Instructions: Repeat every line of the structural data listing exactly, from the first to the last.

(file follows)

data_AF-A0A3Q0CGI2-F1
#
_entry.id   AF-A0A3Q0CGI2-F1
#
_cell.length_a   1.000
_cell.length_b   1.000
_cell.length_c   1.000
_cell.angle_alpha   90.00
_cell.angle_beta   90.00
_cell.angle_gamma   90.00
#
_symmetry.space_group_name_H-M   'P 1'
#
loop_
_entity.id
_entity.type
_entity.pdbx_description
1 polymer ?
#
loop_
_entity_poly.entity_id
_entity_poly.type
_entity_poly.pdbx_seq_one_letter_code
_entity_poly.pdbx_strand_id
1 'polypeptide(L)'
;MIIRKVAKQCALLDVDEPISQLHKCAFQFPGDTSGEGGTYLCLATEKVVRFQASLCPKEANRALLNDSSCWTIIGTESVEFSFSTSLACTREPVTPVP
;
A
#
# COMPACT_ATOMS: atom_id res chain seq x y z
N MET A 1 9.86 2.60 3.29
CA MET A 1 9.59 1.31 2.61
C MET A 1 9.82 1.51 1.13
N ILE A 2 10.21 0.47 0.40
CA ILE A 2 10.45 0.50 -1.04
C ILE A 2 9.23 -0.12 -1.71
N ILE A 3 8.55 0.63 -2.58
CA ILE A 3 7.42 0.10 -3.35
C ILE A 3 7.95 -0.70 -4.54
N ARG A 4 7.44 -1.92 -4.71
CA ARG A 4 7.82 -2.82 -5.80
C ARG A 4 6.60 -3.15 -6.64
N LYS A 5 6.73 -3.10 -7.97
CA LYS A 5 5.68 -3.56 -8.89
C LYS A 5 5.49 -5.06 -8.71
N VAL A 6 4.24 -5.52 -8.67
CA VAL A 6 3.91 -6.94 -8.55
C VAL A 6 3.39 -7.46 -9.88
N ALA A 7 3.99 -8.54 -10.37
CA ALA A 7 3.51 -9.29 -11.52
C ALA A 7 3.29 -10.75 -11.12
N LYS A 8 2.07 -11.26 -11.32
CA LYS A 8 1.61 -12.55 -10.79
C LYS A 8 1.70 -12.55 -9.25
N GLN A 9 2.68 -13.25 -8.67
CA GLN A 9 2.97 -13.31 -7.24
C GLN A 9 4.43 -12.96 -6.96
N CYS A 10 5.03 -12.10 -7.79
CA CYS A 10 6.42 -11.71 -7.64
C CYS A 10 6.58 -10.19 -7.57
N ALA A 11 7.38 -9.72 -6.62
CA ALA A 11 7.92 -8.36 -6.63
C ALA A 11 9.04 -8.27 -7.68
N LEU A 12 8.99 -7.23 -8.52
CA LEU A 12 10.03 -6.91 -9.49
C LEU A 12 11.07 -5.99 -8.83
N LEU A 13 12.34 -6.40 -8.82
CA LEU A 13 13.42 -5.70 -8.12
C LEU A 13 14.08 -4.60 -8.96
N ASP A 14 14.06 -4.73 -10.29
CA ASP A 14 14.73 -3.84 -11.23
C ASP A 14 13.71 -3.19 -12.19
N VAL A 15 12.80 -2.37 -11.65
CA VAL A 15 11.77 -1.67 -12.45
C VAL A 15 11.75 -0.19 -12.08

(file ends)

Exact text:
data_AF-A0A3Q0CGI2-F1
#
_entry.id   AF-A0A3Q0CGI2-F1
#
_cell.length_a   1.000
_cell.length_b   1.000
_cell.length_c   1.000
_cell.angle_alpha   90.00
_cell.angle_beta   90.00
_cell.angle_gamma   90.00
#
_symmetry.space_group_name_H-M   'P 1'
#
loop_
_entity.id
_entity.type
_entity.pdbx_description
1 polymer ?
#
loop_
_entity_poly.entity_id
_entity_poly.type
_entity_poly.pdbx_seq_one_letter_code
_entity_poly.pdbx_strand_id
1 'polypeptide(L)'
;MIIRKVAKQCALLDVDEPISQLHKCAFQFPGDTSGEGGTYLCLATEKVVRFQASLCPKEANRALLNDSSCWTIIGTESVEFSFSTSLACTREPVTPVP
;
A
#
# COMPACT_ATOMS: atom_id res chain seq x y z
N MET A 1 9.86 2.60 3.29
CA MET A 1 9.59 1.31 2.61
C MET A 1 9.82 1.51 1.13
N ILE A 2 10.21 0.47 0.40
CA ILE A 2 10.45 0.50 -1.04
C ILE A 2 9.23 -0.12 -1.71
N ILE A 3 8.55 0.63 -2.58
CA ILE A 3 7.42 0.10 -3.35
C ILE A 3 7.95 -0.70 -4.54
N ARG A 4 7.44 -1.92 -4.71
CA ARG A 4 7.82 -2.82 -5.80
C ARG A 4 6.60 -3.15 -6.64
N LYS A 5 6.73 -3.10 -7.97
CA LYS A 5 5.68 -3.56 -8.89
C LYS A 5 5.49 -5.06 -8.71
N VAL A 6 4.24 -5.52 -8.67
CA VAL A 6 3.91 -6.94 -8.55
C VAL A 6 3.39 -7.46 -9.88
N ALA A 7 3.99 -8.54 -10.37
CA ALA A 7 3.51 -9.29 -11.52
C ALA A 7 3.29 -10.75 -11.12
N LYS A 8 2.07 -11.26 -11.32
CA LYS A 8 1.61 -12.55 -10.79
C LYS A 8 1.70 -12.55 -9.25
N GLN A 9 2.68 -13.25 -8.67
CA GLN A 9 2.97 -13.31 -7.24
C GLN A 9 4.43 -12.96 -6.96
N CYS A 10 5.03 -12.10 -7.79
CA CYS A 10 6.42 -11.71 -7.64
C CYS A 10 6.58 -10.19 -7.57
N ALA A 11 7.38 -9.72 -6.62
CA ALA A 11 7.92 -8.36 -6.63
C ALA A 11 9.04 -8.27 -7.68
N LEU A 12 8.99 -7.23 -8.52
CA LEU A 12 10.03 -6.91 -9.49
C LEU A 12 11.07 -5.99 -8.83
N LEU A 13 12.34 -6.40 -8.82
CA LEU A 13 13.42 -5.70 -8.12
C LEU A 13 14.08 -4.60 -8.96
N ASP A 14 14.06 -4.73 -10.29
CA ASP A 14 14.73 -3.84 -11.23
C ASP A 14 13.71 -3.19 -12.19
N VAL A 15 12.80 -2.37 -11.65
CA VAL A 15 11.77 -1.67 -12.45
C VAL A 15 11.75 -0.19 -12.08